"In my career, it’s been very helpful to have an understanding of global cultures," he said. "I deal with different investors, portfolio managers, senior management, and regulators, and it’s important to have an understanding of how to think globally and act locally—no matter where you are."
 

Part of the Faculty

As an alumnus who kept in close touch with his former professors, Lee learned of a plan to expand the mathematics department faculty through adjunct professors in early 2000. He went through the recruitment process and, from 2001-09, while working full-time in New York, he travelled weekly to Chicago to teach in the university’s financial mathematics graduate program. 

“Although my business schedule was quite busy, I was interested in being connected back to the academic world, especially with a rigorous program like Chicago’s,” he said. “It was a very rewarding experience. The students were bright and had lots of challenging questions, and I also learned from the faculty. I felt the teaching experience helped my own career, as it forced me to look at financial markets from a different perspective. It was also a great recruiting ground for my firm, and I have hired at least six graduates from the program over the years.”

His family would frequently join Lee in Chicago while he was teaching, which Lee feels helped foster his children’s interest in the city and the school.

“Selecting a university was always their own choice,” Lee said. “I think ultimately, the excellent faculty and reputation attracted them to apply and enroll in the College. When I come visit them on campus now, I notice a vast improvement to the facilities and buildings, as well as the technology upgrades. For example, the Mansueto Library site used to be our practice tennis courts in the old days.”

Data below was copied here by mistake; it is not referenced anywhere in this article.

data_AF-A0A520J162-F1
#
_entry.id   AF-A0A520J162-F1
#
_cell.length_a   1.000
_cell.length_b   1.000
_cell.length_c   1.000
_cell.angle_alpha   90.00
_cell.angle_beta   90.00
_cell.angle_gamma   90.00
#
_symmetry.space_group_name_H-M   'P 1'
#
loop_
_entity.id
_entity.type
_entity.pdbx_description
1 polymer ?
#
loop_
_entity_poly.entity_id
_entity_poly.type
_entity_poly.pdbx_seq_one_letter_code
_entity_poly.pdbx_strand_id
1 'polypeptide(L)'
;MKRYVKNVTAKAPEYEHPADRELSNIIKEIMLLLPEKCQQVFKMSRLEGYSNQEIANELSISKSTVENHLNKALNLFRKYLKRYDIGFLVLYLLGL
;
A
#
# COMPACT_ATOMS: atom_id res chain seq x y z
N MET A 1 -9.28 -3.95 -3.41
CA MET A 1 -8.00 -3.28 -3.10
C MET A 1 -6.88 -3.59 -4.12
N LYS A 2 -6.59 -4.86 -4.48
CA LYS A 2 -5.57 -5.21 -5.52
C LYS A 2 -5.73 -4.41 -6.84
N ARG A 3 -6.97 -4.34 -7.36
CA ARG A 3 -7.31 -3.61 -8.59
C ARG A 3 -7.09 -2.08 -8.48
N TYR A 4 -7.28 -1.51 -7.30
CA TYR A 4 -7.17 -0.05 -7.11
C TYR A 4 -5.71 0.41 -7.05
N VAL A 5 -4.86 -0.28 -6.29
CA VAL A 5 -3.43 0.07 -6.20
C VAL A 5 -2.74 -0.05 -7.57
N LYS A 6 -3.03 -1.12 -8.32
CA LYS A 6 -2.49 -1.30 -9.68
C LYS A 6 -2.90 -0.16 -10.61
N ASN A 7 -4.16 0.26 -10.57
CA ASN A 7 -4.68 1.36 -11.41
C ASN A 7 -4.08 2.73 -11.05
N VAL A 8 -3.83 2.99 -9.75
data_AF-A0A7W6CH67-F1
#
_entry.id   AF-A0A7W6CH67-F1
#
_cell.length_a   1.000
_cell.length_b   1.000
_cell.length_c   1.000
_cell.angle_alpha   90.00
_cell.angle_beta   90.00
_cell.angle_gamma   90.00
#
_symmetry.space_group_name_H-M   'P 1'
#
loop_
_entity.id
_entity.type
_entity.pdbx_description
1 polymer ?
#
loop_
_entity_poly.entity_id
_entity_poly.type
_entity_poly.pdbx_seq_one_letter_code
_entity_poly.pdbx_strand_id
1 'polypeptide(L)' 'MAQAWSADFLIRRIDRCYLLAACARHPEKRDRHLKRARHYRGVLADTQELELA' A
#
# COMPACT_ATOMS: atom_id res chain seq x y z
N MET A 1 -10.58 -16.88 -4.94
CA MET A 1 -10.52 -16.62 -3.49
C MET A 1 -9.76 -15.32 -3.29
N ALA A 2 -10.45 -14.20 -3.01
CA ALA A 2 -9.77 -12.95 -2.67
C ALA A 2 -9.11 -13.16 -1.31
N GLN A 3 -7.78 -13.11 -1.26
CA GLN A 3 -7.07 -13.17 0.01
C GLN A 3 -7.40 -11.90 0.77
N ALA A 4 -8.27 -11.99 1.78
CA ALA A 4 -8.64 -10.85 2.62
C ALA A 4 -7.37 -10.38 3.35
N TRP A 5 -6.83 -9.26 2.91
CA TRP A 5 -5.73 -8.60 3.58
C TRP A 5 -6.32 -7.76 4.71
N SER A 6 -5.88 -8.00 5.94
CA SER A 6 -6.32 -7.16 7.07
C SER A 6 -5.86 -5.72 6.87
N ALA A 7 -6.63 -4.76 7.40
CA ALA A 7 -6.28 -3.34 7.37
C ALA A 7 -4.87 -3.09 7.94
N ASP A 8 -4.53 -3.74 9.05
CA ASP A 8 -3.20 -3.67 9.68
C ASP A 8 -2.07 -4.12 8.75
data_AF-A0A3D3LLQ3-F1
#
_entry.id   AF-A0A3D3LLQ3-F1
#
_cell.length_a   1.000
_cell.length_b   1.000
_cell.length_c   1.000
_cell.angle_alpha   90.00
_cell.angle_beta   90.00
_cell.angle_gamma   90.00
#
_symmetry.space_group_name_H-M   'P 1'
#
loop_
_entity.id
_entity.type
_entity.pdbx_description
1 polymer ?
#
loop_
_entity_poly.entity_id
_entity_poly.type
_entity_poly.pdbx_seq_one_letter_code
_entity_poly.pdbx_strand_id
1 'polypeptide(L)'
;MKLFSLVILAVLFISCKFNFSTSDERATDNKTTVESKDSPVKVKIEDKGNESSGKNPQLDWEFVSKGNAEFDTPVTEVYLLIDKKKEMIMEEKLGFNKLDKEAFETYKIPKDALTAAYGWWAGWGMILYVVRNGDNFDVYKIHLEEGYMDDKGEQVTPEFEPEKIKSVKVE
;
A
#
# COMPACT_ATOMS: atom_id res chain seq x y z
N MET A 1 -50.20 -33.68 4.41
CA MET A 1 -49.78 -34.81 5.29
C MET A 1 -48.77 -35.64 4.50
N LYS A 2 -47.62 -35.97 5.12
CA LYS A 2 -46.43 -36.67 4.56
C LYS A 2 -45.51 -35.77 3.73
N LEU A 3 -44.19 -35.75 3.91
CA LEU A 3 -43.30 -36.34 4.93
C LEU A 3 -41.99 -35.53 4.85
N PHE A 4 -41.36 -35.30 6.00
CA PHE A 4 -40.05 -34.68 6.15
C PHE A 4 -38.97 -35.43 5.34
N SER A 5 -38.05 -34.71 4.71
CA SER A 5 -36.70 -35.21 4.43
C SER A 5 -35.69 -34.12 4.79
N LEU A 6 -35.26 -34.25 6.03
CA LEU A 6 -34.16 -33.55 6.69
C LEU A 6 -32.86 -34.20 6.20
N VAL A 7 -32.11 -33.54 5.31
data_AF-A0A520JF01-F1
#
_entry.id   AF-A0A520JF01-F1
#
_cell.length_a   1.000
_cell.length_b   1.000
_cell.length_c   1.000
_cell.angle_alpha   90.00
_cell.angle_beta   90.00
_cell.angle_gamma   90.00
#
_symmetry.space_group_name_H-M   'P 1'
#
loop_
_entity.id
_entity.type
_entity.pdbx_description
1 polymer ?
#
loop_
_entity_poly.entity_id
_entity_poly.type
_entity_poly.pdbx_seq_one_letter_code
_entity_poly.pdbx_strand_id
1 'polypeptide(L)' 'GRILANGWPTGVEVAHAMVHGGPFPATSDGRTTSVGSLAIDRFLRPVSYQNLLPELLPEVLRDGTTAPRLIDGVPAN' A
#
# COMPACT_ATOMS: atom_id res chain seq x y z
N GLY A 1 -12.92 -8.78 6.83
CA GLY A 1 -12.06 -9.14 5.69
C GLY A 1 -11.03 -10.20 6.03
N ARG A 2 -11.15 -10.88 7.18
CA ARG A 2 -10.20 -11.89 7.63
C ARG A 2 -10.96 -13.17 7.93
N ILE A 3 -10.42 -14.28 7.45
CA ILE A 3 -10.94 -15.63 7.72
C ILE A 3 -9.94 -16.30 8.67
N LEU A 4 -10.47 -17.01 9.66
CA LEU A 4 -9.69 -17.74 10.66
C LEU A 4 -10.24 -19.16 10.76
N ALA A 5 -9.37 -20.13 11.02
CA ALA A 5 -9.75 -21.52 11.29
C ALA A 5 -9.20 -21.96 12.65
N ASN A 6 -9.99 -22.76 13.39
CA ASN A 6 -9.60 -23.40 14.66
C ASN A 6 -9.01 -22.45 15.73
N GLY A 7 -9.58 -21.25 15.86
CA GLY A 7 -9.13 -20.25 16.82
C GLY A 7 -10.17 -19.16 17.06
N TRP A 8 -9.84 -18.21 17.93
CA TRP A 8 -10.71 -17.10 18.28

Inspiring Philanthropy

Lee was recently named to the Council on Chicago Booth with approximately two years remaining in the University of Chicago Campaign: Inquiry and Impact and will be working closely with Dean Madhav Rajan and his fellow Council members to further shape the school.  

“The campaign is being held at a crucial point of this great university,” he said. “Therefore, I decided to be more engaged in terms of leadership positions and also be more supportive in funding to help the school exceed the goals of this campaign.” 

He hopes others will do the same. As gift chair for his 30-year reunion this year, he issued a challenge to his class, matching Dean’s Society level gifts up to $75,000. To inspire some friendly Booth competition, he then extended an additional $75,000 in matching funds to all other reunion classes and matched any gift to the Annual Fund dollar for dollar until the funds were used. As a result, the class of 1987 broke the all-time record for reunion fundraising—with more than $4.7 million raised, in part because of the success of the challenge. 
 

Of his personal motivation to give, Lee said, “I want to ensure the business school continues to be globally competitive in attracting the best students and recruiting the best faculty. This is a special place with many special alums, and I just want to do my share to contribute to its continuous success.”